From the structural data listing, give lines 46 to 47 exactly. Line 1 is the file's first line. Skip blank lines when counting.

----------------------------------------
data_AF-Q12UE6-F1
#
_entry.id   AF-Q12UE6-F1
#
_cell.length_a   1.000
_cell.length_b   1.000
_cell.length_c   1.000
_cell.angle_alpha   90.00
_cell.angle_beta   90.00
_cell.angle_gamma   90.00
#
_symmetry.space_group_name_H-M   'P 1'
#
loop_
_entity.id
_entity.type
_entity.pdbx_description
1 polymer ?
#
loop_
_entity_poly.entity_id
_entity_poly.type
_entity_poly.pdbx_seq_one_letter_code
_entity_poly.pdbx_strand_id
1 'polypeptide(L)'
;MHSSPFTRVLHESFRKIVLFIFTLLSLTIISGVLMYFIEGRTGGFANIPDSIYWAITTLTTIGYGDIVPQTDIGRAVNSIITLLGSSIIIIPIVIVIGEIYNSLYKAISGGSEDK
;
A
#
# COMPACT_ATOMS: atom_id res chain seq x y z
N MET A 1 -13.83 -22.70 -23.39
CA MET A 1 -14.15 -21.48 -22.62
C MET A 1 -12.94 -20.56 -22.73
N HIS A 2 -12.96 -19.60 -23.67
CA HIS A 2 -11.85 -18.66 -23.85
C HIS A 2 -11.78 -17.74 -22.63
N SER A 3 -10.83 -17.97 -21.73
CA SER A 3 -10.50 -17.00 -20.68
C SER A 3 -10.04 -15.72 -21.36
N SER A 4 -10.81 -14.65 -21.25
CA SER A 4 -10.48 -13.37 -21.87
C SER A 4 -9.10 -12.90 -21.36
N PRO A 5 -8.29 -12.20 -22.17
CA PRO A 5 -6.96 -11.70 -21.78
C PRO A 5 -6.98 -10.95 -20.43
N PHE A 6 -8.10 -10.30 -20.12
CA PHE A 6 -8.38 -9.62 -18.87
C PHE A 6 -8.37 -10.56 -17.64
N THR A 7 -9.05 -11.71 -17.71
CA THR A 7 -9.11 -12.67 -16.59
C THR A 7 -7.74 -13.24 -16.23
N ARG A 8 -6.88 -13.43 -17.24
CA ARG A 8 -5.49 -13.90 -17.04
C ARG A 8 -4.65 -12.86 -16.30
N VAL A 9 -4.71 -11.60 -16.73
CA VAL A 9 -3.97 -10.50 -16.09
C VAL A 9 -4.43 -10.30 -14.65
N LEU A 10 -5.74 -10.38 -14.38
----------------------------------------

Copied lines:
N PHE A 6 -8.10 -10.30 -20.12
CA PHE A 6 -8.38 -9.62 -18.87